Friday, February 1, 2013

Digital History in the Classroom


Many thanks to Ed for the invitation to join this outstanding blog.  Ed asked me to contribute after I shared with him my experiment in digital history pedagogy.  This semester, I am teaching a small seminar for Rice University freshman on the Rise and Fall of Atlantic Slavery.  While this course is not a survey, and at only six students it hardly mirrors the experience of most large surveys, I hope it might nonetheless offer an interesting opportunity to reflect on the opportunities and problems with bringing digital history into the classroom.  I am running the course out of a WordPress blog you can access at riseandfallofslavery.wordpress.com.  

I will be sharing my experience over the next few months, but before I begin, I want to circle back to some of my favorite TUSH posts on digital history, and invite you to share links to other helpful considerations of digital history pedagogy.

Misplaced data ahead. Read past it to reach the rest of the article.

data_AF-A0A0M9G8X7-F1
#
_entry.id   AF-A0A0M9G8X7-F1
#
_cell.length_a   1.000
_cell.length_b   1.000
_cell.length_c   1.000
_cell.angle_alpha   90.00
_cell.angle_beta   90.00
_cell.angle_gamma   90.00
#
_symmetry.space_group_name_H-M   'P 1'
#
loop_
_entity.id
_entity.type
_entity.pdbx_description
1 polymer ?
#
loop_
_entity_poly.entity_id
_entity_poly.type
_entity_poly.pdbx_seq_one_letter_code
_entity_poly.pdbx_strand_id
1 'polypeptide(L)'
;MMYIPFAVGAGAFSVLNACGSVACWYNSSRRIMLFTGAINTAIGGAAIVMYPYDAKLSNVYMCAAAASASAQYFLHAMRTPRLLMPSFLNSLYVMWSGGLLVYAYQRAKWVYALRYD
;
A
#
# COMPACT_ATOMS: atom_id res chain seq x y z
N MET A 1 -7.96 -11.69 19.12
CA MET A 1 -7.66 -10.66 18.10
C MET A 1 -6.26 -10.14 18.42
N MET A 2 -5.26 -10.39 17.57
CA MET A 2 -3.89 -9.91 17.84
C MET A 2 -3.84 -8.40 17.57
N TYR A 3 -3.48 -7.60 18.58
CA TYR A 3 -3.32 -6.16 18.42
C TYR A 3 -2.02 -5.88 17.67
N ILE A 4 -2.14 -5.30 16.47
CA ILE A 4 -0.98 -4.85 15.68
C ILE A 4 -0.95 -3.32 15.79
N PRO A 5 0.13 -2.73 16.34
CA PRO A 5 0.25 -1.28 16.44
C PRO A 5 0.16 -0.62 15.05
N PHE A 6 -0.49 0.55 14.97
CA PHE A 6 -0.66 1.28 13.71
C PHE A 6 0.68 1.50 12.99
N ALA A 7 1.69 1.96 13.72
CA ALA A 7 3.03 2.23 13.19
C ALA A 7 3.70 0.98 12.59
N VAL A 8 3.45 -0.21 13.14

Just a few months ago, Nina McCune reflected on Dipity, Posterus, and Prezi.  

Tona Hangen shared her experience with a "design-forward syllabus" and using WordPress as a course website.      

Gale Kenny explained her process in using a class blog and shared her results.  I wonder if we can get an update from Gale on whether she has continued with the blog assignment?  [fire up the Gale Kenny bat signal]  

Stay tuned for more of my (mis)adventures with digital history in the classroom.  

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